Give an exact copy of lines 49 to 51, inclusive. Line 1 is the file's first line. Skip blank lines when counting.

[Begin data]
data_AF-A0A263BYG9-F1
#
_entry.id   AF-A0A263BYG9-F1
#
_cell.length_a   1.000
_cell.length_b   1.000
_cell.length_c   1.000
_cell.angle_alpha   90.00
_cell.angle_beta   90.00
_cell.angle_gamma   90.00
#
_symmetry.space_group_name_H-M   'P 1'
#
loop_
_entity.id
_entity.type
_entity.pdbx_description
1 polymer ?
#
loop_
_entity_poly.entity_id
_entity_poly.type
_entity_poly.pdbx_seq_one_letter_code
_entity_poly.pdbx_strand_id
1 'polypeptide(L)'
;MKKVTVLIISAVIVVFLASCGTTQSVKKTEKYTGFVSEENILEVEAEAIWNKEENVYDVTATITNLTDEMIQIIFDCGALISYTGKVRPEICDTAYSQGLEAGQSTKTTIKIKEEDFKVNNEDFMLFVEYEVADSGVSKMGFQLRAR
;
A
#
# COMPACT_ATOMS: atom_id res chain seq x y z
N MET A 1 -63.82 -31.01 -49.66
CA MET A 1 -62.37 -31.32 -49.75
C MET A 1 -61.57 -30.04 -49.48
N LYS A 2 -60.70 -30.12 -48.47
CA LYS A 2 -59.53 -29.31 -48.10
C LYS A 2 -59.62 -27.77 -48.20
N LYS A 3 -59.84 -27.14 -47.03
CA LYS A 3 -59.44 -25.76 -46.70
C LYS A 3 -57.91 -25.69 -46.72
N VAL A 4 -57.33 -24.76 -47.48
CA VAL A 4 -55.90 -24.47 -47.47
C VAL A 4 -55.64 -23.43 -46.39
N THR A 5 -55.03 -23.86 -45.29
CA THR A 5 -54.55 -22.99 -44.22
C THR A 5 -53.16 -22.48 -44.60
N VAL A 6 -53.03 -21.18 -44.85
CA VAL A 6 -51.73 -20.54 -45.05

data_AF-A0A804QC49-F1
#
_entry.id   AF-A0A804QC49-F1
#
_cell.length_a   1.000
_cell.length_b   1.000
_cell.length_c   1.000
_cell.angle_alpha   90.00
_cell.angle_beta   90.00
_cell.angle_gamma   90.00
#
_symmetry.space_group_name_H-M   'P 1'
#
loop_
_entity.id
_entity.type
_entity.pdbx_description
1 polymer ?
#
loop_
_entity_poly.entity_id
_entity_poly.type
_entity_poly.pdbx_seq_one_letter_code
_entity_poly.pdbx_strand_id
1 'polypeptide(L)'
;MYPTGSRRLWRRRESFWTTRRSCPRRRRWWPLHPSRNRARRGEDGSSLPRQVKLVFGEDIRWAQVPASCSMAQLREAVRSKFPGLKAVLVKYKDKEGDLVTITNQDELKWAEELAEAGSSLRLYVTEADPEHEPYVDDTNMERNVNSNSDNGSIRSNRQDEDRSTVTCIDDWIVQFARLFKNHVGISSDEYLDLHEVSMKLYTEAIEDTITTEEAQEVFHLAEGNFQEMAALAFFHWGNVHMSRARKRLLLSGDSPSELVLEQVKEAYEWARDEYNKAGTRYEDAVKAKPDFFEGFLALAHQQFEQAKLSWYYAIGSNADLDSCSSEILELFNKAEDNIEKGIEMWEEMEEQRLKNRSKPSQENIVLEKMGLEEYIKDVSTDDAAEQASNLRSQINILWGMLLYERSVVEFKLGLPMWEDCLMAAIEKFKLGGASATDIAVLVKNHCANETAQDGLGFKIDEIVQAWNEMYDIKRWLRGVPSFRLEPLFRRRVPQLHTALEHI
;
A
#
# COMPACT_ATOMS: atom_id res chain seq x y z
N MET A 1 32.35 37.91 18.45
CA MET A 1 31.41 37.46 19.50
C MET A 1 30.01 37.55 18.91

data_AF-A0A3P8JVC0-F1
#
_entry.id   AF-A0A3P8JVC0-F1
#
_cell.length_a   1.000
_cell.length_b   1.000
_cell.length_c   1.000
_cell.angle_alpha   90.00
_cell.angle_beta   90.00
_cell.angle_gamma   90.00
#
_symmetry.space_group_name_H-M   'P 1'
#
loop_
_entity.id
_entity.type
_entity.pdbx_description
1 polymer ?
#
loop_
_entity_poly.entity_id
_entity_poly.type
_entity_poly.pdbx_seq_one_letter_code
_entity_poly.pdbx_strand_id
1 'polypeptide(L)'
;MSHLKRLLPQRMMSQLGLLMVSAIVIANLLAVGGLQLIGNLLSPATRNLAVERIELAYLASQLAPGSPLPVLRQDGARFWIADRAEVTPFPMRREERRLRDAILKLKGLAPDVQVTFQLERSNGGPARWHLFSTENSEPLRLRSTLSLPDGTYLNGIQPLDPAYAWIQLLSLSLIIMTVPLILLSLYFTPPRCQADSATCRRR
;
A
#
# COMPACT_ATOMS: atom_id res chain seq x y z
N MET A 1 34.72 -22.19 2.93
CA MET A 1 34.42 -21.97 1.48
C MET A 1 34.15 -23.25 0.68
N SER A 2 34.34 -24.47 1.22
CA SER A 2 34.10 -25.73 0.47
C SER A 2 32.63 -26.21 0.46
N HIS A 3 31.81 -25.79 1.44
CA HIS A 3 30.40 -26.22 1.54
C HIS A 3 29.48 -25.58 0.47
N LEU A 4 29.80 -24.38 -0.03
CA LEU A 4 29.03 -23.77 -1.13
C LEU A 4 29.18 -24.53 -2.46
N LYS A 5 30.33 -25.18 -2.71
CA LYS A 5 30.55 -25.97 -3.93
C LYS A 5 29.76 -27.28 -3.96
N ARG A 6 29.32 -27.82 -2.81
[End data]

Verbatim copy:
#
_entry.id   AF-A0A804QC49-F1
#